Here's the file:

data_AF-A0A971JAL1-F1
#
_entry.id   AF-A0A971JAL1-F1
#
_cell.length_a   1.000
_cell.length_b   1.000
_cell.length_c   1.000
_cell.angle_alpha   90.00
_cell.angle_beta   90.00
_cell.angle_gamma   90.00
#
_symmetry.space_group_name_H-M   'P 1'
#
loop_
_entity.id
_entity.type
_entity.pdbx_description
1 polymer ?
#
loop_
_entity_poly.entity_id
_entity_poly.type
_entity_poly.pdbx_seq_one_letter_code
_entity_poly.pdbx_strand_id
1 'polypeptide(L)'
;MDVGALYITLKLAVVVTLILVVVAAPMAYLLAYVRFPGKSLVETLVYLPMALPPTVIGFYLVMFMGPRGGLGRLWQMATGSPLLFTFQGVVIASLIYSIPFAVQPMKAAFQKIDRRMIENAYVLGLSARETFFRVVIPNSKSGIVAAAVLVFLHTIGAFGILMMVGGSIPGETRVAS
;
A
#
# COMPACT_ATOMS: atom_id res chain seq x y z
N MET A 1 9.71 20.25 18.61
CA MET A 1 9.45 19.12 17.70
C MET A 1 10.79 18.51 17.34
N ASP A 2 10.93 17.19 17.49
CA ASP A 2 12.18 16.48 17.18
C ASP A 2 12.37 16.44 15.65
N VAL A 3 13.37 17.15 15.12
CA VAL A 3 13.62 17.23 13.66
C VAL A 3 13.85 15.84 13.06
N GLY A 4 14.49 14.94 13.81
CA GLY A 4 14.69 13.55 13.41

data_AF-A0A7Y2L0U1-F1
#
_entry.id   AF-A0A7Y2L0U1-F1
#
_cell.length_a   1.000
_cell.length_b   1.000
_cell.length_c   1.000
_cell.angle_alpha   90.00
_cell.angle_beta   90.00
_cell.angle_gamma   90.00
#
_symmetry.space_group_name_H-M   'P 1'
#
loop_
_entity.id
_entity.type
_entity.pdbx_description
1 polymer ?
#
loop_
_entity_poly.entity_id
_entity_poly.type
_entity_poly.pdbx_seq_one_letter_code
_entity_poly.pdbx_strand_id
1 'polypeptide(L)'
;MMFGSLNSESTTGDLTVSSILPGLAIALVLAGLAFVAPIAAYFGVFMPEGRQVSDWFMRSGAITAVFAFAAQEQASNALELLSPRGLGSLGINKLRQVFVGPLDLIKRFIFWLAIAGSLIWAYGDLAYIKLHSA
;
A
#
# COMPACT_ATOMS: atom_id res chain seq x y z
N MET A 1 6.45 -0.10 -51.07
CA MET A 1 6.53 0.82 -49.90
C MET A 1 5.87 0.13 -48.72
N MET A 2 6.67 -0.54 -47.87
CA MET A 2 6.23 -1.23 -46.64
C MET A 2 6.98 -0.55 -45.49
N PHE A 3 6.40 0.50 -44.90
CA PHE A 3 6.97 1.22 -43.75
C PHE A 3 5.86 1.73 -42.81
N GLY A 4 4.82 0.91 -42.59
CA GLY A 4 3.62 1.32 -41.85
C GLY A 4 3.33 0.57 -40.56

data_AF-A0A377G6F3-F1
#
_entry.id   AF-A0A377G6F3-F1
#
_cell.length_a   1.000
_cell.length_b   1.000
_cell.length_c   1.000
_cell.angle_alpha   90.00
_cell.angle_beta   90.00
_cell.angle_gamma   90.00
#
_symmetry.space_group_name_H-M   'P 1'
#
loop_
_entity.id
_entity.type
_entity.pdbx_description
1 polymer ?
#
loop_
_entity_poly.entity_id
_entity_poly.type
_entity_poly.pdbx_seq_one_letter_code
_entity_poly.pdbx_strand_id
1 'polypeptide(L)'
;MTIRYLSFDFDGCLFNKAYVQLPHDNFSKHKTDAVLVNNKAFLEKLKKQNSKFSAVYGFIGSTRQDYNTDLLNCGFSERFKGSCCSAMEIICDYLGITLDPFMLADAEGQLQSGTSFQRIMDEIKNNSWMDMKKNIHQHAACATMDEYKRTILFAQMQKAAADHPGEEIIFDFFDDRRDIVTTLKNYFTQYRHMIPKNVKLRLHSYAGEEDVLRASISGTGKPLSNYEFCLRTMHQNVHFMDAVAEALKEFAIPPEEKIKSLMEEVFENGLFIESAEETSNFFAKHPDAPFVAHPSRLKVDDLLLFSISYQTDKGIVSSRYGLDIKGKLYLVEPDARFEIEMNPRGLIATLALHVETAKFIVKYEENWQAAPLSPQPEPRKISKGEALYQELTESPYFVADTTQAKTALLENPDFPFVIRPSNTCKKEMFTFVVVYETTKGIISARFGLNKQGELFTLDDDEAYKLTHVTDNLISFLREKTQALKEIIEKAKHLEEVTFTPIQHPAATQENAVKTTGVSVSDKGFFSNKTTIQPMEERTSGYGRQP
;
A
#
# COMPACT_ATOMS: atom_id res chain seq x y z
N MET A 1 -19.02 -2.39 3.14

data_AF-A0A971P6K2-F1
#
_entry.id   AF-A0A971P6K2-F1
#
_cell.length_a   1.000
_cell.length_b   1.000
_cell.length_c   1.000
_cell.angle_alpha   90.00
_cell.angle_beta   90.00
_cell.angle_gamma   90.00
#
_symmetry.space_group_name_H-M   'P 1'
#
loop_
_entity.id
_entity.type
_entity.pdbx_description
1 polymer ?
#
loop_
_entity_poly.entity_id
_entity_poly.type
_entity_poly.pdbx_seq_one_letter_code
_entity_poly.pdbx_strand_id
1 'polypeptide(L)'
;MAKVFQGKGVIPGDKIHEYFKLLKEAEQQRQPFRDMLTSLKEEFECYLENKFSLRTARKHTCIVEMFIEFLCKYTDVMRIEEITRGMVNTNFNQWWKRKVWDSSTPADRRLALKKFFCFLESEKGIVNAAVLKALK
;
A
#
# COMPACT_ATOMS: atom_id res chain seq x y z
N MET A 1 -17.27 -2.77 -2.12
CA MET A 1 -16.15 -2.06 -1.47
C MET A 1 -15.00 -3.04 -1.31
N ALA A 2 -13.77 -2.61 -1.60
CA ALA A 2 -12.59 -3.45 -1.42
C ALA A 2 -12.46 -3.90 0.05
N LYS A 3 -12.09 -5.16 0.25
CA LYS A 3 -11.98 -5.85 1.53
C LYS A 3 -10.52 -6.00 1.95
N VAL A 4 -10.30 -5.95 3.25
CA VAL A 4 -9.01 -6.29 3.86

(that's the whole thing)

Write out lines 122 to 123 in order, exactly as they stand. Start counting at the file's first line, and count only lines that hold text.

_cell.angle_alpha   90.00
_cell.angle_beta   90.00